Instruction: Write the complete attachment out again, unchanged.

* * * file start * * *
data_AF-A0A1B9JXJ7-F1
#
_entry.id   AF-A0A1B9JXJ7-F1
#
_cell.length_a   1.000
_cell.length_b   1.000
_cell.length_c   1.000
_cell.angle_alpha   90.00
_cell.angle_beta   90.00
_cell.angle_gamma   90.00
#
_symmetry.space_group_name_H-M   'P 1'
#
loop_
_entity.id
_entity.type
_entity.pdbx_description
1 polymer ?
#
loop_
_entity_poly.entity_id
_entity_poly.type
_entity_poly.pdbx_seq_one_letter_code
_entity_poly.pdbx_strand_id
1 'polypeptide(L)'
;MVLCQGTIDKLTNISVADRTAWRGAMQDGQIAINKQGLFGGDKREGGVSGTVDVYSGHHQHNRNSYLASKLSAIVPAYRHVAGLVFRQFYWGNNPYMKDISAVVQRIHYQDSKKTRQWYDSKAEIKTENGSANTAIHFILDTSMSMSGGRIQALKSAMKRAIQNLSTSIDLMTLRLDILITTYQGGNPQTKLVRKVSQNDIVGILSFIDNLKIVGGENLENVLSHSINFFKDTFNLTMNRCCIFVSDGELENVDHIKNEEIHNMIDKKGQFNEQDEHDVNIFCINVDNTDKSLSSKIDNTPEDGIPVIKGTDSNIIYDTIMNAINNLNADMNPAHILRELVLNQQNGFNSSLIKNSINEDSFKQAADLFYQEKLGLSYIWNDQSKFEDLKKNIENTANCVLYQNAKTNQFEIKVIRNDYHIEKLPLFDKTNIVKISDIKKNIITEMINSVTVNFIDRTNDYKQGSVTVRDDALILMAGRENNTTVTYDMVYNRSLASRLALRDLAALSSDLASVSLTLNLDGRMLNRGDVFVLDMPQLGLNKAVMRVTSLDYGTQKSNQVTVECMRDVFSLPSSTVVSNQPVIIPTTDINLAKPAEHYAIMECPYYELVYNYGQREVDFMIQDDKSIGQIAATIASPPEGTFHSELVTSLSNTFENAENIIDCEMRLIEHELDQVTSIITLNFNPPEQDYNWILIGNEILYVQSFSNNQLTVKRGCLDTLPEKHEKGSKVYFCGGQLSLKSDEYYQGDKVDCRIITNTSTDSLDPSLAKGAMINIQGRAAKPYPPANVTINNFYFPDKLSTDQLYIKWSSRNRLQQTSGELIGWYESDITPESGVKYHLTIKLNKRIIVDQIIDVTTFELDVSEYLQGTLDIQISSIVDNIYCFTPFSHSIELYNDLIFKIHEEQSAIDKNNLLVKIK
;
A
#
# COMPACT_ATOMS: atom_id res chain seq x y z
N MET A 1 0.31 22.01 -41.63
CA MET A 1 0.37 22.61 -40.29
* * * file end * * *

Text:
data_AF-A0A1B9JXJ7-F1
#
_entry.id   AF-A0A1B9JXJ7-F1
#
_cell.length_a   1.000
_cell.length_b   1.000
_cell.length_c   1.000
_cell.angle_alpha   90.00
_cell.angle_beta   90.00
_cell.angle_gamma   90.00
#
_symmetry.space_group_name_H-M   'P 1'
#
loop_
_entity.id
_entity.type
_entity.pdbx_description
1 polymer ?
#
loop_
_entity_poly.entity_id
_entity_poly.type
_entity_poly.pdbx_seq_one_letter_code
_entity_poly.pdbx_strand_id
1 'polypeptide(L)'
;MVLCQGTIDKLTNISVADRTAWRGAMQDGQIAINKQGLFGGDKREGGVSGTVDVYSGHHQHNRNSYLASKLSAIVPAYRHVAGLVFRQFYWGNNPYMKDISAVVQRIHYQDSKKTRQWYDSKAEIKTENGSANTAIHFILDTSMSMSGGRIQALKSAMKRAIQNLSTSIDLMTLRLDILITTYQGGNPQTKLVRKVSQNDIVGILSFIDNLKIVGGENLENVLSHSINFFKDTFNLTMNRCCIFVSDGELENVDHIKNEEIHNMIDKKGQFNEQDEHDVNIFCINVDNTDKSLSSKIDNTPEDGIPVIKGTDSNIIYDTIMNAINNLNADMNPAHILRELVLNQQNGFNSSLIKNSINEDSFKQAADLFYQEKLGLSYIWNDQSKFEDLKKNIENTANCVLYQNAKTNQFEIKVIRNDYHIEKLPLFDKTNIVKISDIKKNIITEMINSVTVNFIDRTNDYKQGSVTVRDDALILMAGRENNTTVTYDMVYNRSLASRLALRDLAALSSDLASVSLTLNLDGRMLNRGDVFVLDMPQLGLNKAVMRVTSLDYGTQKSNQVTVECMRDVFSLPSSTVVSNQPVIIPTTDINLAKPAEHYAIMECPYYELVYNYGQREVDFMIQDDKSIGQIAATIASPPEGTFHSELVTSLSNTFENAENIIDCEMRLIEHELDQVTSIITLNFNPPEQDYNWILIGNEILYVQSFSNNQLTVKRGCLDTLPEKHEKGSKVYFCGGQLSLKSDEYYQGDKVDCRIITNTSTDSLDPSLAKGAMINIQGRAAKPYPPANVTINNFYFPDKLSTDQLYIKWSSRNRLQQTSGELIGWYESDITPESGVKYHLTIKLNKRIIVDQIIDVTTFELDVSEYLQGTLDIQISSIVDNIYCFTPFSHSIELYNDLIFKIHEEQSAIDKNNLLVKIK
;
A
#
# COMPACT_ATOMS: atom_id res chain seq x y z
N MET A 1 0.31 22.01 -41.63
CA MET A 1 0.37 22.61 -40.29